If an over-the-counter product works best for you, then I suggest looking for the following ingredients:

  • Alpha hydroxy acids (AHAs) including  glycolic, lactic and mandelic acids. Ingredients such as glycolic acid aid in not only the removal of dead skin cells but also the encouragement of healthy new cells full of moisture to the skin’s surface.
  • Beta hydroxy acids (BHAs) like salicylic acid, tropic acid, beta-hydroxybutanoic acid and trethocanoic acid are more suitable for a younger, acne prone skin type.

You may have to compare exfoliants to determine which one contains most or all of these ingredients.

What doses of ingredients should my exfoliant contain?

Exfoliants usually contain varied formulations of the above mentioned ingredients.  The trick is in choosing the best one that best fit your skin type, which will also mean trying out many brands before settling on the exfoliant with the best results in the shortest time possible.

For dry skin, aging skin I suggest going for the chemical exfoliants with AHA such as glycolic acid while oily skin works well with BHA exfoliants such as Salycilic acid.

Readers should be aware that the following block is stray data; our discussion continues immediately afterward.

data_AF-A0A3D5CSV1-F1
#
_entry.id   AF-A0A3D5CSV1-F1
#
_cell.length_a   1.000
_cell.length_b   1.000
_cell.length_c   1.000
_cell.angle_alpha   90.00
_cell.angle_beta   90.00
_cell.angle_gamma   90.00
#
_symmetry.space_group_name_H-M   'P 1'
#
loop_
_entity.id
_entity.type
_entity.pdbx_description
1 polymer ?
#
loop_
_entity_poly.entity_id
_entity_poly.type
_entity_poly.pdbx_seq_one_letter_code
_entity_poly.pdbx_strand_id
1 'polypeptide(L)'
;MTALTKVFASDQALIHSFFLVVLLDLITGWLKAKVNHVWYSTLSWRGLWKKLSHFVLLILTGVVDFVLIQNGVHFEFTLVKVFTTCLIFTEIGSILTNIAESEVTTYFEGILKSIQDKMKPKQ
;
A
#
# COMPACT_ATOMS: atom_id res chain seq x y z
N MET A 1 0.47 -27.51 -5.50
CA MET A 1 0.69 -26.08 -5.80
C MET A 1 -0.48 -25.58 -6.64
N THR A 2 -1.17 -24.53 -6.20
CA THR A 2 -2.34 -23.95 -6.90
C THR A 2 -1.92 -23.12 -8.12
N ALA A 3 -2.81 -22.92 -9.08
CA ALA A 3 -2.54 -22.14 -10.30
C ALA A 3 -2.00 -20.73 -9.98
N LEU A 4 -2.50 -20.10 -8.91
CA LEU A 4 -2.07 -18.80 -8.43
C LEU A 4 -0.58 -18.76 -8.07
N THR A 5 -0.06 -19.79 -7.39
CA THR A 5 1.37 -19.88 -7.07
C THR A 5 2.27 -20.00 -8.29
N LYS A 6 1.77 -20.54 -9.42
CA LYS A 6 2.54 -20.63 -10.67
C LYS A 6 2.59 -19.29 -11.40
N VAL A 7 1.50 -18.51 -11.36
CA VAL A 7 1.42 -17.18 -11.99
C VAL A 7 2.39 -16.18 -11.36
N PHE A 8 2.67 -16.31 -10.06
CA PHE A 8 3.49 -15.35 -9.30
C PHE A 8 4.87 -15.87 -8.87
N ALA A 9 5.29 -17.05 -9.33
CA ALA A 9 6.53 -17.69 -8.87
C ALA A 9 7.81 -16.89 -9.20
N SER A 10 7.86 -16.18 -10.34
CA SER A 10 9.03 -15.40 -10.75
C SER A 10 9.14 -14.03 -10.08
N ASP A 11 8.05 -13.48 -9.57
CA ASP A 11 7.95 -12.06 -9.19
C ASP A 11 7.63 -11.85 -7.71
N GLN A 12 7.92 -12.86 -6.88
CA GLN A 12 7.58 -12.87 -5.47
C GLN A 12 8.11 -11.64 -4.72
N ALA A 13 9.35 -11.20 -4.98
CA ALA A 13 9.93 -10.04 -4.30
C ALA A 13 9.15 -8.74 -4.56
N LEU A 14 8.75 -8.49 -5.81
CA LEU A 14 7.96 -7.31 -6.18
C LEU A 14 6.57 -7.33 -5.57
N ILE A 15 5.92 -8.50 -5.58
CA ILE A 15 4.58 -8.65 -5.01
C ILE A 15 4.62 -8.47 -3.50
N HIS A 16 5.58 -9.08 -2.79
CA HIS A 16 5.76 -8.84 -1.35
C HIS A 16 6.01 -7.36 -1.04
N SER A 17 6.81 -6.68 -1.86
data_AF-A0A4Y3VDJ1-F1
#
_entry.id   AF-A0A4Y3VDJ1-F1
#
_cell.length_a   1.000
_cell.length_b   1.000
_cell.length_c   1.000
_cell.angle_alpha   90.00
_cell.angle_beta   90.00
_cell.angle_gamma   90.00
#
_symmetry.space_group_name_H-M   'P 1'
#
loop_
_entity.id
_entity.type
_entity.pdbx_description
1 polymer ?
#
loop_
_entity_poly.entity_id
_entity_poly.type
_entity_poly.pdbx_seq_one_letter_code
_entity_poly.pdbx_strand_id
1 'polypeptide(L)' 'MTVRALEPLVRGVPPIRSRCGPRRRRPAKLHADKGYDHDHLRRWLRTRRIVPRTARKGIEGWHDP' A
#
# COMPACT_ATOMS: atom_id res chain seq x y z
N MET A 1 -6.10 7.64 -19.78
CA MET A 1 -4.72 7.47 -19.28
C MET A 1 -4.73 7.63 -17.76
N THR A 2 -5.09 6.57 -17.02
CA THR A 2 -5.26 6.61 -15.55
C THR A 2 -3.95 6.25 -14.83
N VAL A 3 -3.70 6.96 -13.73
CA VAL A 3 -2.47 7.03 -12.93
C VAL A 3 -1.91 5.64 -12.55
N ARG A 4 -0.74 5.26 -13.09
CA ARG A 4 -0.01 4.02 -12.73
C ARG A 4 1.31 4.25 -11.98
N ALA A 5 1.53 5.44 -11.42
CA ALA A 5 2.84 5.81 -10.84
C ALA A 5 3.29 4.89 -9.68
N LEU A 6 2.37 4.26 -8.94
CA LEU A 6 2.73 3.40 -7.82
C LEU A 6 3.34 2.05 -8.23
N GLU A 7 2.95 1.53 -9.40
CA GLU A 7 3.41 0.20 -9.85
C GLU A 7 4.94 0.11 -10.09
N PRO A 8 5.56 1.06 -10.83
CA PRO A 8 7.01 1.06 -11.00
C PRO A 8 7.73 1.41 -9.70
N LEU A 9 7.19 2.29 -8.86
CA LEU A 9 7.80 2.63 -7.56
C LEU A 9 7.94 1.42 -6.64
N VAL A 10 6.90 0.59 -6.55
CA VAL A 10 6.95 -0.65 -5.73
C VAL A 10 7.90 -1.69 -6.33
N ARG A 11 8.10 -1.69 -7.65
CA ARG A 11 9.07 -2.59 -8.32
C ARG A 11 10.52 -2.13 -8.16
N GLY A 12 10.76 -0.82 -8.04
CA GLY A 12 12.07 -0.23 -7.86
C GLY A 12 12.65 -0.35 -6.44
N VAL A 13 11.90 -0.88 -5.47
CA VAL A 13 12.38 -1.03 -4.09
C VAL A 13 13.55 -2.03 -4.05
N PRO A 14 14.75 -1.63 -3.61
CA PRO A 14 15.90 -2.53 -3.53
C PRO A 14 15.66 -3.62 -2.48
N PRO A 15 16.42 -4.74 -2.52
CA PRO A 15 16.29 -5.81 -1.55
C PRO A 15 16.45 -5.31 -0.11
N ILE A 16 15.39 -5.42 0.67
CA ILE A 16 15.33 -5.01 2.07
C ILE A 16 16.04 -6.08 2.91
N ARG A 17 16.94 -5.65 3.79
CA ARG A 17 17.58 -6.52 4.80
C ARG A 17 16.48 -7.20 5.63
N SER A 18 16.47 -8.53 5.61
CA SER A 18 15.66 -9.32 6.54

Is it best to use products with one, or with a combination of ingredients for best effect?

A combination of both physical and chemical ingredients may generate the best result for your skin type.  Keep in mind, nonetheless, that it is not just the right product that matters but how often you use it that matters, too.  Different skin types require different frequency of use, such that dry skin should be exfoliated once a week, normal and combination skin two times a week and oily skin every other day.

What should I look out for when selecting an exfoliant?

As with most skin care products, you have to ensure that the exfoliant chosen is suited for your skin type, is priced reasonably and is safe for long-term use.  It does pay to do your research on the best exfoliants before purchasing a few of these products and trying them out.

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Fiona Tuck is a Skincare Expert, Nutritional Medicine Practitioner and an accredited member of the Australian Traditional Medicine Society. Her in-depth knowledge and insight into future trends within the health industry has made her a sought-after media expert. Fiona’s holistic approach to nutritional health is driven by her mantra: “Nutrition is the grass roots of good health".